To some people, trigger warnings are an essential part of the classroom. They’re seen as a way to make ‘marginalized’ students (as is the current vernacular for describing ethic, sexual, and gender minorities, those with disabilities, and those with histories of abuse) feel like they are more included in the classroom.

This is essentially “othering” people who might take offense and assuming all people of a marginalized group need to be protected from words. It’s infantilism.

This is just one, limited, study, but it’s something colleges need to consider.


Revealed: The university degrees most likely to land you a high salary - and the ones that will leave you struggling

Most Australian students are heading into their second semester for the year and likely thinking about job prospects once graduation season begins.

And while many pursue degrees because they have a passion for that chosen field, when it comes to how much they'll be paid on a graduate salary, that varies depending on what they studied and what gender they are.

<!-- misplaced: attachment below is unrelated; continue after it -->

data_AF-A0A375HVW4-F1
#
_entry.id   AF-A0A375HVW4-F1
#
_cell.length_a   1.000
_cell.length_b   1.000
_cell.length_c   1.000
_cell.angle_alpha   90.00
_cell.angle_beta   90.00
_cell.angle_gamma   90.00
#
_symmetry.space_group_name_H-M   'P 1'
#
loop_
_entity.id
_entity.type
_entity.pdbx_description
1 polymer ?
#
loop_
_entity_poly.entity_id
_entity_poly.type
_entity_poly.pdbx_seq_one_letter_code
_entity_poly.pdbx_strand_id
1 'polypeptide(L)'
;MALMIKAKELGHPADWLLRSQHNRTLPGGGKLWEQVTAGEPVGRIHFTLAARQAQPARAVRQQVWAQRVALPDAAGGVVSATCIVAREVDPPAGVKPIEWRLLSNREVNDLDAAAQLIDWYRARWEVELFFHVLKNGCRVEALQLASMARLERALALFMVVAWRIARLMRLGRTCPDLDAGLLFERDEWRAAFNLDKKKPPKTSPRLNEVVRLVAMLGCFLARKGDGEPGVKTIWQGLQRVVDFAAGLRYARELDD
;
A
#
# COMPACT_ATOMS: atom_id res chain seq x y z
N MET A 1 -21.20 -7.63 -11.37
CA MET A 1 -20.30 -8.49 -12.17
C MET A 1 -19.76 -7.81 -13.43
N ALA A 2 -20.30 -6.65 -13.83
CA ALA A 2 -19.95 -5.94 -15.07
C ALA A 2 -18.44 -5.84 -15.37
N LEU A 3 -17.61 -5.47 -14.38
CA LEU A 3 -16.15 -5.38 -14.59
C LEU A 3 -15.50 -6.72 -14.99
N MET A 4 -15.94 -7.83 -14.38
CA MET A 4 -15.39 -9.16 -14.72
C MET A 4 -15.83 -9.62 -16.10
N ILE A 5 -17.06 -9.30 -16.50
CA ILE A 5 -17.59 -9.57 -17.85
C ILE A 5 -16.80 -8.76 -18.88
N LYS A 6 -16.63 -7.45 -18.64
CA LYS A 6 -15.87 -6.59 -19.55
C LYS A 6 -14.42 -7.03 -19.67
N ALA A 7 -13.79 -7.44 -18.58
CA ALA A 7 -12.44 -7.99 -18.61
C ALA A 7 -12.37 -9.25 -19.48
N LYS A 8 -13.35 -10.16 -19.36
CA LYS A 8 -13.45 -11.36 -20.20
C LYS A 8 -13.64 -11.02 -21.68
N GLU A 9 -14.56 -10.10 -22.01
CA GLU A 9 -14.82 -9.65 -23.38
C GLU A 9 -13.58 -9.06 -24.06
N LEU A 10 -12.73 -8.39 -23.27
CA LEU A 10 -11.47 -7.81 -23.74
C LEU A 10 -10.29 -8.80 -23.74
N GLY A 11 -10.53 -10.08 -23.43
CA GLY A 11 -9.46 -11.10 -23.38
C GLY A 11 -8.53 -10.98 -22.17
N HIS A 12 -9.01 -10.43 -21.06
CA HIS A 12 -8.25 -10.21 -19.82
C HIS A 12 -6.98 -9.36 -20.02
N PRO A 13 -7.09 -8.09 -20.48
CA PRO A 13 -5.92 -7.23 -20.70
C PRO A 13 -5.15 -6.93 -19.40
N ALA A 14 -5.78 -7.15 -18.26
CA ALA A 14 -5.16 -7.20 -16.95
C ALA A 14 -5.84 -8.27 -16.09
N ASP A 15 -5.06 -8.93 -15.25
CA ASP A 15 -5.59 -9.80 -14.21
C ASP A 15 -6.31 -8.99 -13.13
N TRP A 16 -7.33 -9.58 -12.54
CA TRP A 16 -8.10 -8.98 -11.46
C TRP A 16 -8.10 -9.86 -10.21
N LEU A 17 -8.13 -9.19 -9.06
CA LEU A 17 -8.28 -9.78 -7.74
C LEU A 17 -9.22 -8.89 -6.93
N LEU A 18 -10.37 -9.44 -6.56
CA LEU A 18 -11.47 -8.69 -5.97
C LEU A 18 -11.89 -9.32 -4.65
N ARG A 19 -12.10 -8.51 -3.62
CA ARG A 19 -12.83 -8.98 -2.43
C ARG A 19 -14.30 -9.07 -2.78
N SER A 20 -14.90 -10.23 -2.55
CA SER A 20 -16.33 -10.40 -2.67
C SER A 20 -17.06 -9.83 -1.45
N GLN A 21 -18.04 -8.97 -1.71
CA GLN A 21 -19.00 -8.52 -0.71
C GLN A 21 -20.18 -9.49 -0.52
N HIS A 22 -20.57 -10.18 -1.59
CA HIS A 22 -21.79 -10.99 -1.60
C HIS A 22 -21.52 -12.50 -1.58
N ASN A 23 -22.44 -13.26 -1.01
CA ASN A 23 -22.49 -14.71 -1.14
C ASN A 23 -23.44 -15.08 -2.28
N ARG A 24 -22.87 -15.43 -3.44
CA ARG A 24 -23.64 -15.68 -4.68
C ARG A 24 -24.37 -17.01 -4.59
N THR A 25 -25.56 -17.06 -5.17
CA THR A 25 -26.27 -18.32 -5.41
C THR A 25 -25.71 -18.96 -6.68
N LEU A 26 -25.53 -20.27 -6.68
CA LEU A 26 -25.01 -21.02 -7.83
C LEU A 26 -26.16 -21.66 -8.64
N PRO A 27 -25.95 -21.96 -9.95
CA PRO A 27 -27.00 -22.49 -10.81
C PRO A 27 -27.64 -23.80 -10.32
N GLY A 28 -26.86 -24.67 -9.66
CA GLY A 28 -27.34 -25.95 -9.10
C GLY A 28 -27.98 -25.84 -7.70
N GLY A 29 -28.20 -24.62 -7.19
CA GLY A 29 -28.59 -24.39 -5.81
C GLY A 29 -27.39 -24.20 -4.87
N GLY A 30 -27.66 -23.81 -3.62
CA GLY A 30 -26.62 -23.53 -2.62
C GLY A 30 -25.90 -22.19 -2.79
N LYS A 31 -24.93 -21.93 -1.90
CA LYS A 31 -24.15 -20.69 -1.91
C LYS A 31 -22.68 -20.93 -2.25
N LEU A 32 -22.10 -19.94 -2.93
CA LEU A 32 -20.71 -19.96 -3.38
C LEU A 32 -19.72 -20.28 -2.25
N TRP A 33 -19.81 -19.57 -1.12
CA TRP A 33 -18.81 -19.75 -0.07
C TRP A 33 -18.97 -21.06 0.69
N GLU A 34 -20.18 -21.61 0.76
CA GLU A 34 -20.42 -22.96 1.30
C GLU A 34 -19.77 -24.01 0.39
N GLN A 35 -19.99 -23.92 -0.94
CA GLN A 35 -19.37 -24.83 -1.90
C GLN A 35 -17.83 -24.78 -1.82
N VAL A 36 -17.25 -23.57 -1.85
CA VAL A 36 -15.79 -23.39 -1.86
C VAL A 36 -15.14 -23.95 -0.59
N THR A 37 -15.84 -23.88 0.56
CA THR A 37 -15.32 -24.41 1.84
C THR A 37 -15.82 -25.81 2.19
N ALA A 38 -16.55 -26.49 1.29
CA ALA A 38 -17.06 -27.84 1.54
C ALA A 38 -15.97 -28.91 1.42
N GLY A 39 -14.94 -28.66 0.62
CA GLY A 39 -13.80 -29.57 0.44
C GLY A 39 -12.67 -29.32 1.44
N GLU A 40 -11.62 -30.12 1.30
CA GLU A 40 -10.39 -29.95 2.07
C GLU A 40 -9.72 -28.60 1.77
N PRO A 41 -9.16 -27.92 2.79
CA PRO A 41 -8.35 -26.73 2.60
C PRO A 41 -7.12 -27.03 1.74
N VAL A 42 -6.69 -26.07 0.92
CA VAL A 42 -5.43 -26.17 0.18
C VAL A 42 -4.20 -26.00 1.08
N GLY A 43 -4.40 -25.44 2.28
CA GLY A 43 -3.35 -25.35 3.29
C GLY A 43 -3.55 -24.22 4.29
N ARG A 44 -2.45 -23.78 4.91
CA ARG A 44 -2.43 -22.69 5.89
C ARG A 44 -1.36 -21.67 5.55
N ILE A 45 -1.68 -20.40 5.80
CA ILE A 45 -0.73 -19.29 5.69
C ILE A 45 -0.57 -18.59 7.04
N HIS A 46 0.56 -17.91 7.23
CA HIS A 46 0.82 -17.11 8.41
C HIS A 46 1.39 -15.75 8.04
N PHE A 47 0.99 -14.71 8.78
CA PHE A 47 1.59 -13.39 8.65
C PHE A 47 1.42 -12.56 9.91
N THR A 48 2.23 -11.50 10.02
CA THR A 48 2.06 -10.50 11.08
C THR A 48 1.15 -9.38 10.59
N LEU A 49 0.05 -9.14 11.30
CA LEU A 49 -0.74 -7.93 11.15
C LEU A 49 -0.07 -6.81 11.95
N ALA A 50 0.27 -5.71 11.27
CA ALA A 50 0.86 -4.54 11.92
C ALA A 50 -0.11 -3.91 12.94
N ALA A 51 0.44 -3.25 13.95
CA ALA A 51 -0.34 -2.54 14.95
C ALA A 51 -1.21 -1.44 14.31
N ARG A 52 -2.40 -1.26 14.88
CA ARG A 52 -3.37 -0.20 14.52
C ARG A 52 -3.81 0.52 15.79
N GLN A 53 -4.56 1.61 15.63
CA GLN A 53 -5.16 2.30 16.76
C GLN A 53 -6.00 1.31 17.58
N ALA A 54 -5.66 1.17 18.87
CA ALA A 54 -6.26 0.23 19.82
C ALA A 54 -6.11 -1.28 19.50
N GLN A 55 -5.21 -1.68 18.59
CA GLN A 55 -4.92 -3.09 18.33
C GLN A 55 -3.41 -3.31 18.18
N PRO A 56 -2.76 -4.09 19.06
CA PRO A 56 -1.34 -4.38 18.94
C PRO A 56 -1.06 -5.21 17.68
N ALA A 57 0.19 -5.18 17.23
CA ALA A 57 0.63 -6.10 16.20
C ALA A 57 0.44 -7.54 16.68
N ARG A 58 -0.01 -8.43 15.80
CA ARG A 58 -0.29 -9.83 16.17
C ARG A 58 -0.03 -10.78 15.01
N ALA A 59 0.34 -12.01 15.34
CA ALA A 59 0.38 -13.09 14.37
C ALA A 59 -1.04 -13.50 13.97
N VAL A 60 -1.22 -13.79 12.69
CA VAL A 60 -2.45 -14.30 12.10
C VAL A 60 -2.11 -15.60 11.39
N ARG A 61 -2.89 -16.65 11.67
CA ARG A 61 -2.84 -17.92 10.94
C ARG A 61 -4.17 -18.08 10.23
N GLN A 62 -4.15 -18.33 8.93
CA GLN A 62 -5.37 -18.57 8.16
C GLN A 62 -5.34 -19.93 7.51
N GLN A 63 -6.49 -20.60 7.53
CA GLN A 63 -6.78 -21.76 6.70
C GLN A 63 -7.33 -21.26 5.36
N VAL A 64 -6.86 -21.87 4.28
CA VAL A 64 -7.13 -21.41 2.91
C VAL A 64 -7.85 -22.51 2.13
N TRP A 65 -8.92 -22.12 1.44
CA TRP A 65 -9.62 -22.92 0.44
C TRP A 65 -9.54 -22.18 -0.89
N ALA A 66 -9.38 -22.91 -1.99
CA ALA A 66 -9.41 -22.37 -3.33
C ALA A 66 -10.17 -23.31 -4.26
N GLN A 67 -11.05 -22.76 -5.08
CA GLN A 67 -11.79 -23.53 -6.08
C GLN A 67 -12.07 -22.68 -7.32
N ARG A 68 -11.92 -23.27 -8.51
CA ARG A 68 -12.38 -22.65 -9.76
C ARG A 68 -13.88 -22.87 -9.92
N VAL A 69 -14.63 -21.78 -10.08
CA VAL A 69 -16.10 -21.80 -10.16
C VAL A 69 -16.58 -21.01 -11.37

The median salary of all undergraduates employed full-time in 2017 according to the Department of Education and Training was $60,000 which is an increase of $2,100 from 2016 - and men were paid higher wages across the board.

For those who chose to study dentistry (which on average costs $53,770 for five years) they will be paid the highest gross salary of $80,000 in their first year out of university.

Medicine ($64,524 for six years) and engineering ($36,740 for four years) follow close behind with $65,000 and $62,000 respectively.

If you've undertaken the recommended four year course to become a lawyer or paralegal, which costs students $43,016 in total, you'll be looking at a $60,000 wage in your first year.